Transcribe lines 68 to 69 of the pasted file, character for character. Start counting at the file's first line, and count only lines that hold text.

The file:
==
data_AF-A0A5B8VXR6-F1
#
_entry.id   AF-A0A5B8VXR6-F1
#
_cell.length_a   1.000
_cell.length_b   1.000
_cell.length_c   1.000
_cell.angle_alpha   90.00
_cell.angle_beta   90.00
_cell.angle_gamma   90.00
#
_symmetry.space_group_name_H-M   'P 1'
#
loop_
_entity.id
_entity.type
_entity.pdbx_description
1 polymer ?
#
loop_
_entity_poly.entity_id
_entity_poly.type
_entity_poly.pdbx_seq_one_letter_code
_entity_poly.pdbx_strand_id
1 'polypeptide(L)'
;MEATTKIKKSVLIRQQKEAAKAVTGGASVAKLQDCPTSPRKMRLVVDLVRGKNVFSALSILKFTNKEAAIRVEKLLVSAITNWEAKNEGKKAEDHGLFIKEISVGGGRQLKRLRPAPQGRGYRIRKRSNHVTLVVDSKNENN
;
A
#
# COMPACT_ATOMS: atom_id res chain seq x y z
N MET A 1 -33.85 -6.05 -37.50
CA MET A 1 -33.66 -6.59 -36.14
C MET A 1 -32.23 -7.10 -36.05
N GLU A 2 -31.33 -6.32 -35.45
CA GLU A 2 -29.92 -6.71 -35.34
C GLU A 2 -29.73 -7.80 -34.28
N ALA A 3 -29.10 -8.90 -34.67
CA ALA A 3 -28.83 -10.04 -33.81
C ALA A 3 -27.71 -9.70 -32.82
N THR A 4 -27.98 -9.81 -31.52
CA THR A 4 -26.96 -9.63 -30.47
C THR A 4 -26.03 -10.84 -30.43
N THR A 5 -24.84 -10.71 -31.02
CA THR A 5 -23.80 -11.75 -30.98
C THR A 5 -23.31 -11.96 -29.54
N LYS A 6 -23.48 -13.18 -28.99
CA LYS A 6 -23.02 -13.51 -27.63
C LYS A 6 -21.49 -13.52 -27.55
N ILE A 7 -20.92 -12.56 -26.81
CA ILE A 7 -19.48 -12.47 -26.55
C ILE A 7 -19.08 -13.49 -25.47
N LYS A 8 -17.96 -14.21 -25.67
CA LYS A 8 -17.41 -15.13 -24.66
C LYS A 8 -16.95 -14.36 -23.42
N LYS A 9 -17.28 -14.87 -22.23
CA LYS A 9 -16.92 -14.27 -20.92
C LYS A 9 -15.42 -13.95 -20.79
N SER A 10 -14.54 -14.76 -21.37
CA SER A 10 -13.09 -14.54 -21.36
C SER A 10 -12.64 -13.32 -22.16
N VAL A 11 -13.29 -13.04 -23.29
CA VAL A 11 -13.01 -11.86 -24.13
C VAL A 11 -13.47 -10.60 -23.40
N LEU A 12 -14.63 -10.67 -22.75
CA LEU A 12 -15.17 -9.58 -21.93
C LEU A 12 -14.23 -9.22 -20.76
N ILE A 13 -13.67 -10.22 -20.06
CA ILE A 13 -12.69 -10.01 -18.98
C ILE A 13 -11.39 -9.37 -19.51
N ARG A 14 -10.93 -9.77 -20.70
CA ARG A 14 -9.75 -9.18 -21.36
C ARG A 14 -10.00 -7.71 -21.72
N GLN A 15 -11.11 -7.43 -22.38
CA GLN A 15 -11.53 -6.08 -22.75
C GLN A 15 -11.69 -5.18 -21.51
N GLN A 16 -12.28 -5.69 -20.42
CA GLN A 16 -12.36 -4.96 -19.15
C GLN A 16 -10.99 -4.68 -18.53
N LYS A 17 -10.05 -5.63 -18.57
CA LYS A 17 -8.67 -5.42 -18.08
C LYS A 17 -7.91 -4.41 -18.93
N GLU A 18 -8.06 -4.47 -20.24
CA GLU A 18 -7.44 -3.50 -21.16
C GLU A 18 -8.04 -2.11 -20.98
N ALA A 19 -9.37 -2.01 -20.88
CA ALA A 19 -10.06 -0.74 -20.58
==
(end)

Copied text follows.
CA ILE A 13 -12.69 -10.01 -18.98
C ILE A 13 -11.39 -9.37 -19.51